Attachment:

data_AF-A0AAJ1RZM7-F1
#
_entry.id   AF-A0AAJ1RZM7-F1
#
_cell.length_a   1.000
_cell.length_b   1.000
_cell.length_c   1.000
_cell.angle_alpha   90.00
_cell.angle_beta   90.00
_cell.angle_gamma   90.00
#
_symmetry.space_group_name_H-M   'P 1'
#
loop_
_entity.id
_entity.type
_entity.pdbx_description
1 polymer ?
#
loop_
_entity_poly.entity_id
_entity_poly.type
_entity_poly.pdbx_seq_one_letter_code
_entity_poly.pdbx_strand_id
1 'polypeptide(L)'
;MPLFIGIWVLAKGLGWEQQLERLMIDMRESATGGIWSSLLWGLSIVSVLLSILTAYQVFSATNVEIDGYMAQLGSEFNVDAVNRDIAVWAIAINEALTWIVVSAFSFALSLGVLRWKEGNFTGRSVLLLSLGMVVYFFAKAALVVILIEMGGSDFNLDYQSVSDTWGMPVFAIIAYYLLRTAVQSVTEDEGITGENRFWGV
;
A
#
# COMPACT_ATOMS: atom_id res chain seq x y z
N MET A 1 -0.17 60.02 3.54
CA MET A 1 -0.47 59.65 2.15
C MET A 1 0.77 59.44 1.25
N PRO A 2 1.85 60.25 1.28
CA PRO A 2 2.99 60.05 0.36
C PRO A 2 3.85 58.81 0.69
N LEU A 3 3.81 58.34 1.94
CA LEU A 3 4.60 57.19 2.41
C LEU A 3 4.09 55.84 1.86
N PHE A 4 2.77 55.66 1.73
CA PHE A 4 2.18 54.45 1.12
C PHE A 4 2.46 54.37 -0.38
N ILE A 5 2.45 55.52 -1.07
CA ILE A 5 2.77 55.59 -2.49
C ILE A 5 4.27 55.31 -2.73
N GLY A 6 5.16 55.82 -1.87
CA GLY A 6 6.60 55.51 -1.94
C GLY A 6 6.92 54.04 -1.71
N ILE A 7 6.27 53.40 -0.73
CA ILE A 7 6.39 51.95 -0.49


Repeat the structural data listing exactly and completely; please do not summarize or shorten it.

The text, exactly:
data_AF-A0AAJ1RZM7-F1
#
_entry.id   AF-A0AAJ1RZM7-F1
#
_cell.length_a   1.000
_cell.length_b   1.000
_cell.length_c   1.000
_cell.angle_alpha   90.00
_cell.angle_beta   90.00
_cell.angle_gamma   90.00
#
_symmetry.space_group_name_H-M   'P 1'
#
loop_
_entity.id
_entity.type
_entity.pdbx_description
1 polymer ?
#
loop_
_entity_poly.entity_id
_entity_poly.type
_entity_poly.pdbx_seq_one_letter_code
_entity_poly.pdbx_strand_id
1 'polypeptide(L)'
;MPLFIGIWVLAKGLGWEQQLERLMIDMRESATGGIWSSLLWGLSIVSVLLSILTAYQVFSATNVEIDGYMAQLGSEFNVDAVNRDIAVWAIAINEALTWIVVSAFSFALSLGVLRWKEGNFTGRSVLLLSLGMVVYFFAKAALVVILIEMGGSDFNLDYQSVSDTWGMPVFAIIAYYLLRTAVQSVTEDEGITGENRFWGV
;
A
#
# COMPACT_ATOMS: atom_id res chain seq x y z
N MET A 1 -0.17 60.02 3.54
CA MET A 1 -0.47 59.65 2.15
C MET A 1 0.77 59.44 1.25
N PRO A 2 1.85 60.25 1.28
CA PRO A 2 2.99 60.05 0.36
C PRO A 2 3.85 58.81 0.69
N LEU A 3 3.81 58.34 1.94
CA LEU A 3 4.60 57.19 2.41
C LEU A 3 4.09 55.84 1.86
N PHE A 4 2.77 55.66 1.73
CA PHE A 4 2.18 54.45 1.12
C PHE A 4 2.46 54.37 -0.38
N ILE A 5 2.45 55.52 -1.07
CA ILE A 5 2.77 55.59 -2.49
C ILE A 5 4.27 55.31 -2.73
N GLY A 6 5.16 55.82 -1.87
CA GLY A 6 6.60 55.51 -1.94
C GLY A 6 6.92 54.04 -1.71
N ILE A 7 6.27 53.40 -0.73
CA ILE A 7 6.39 51.95 -0.49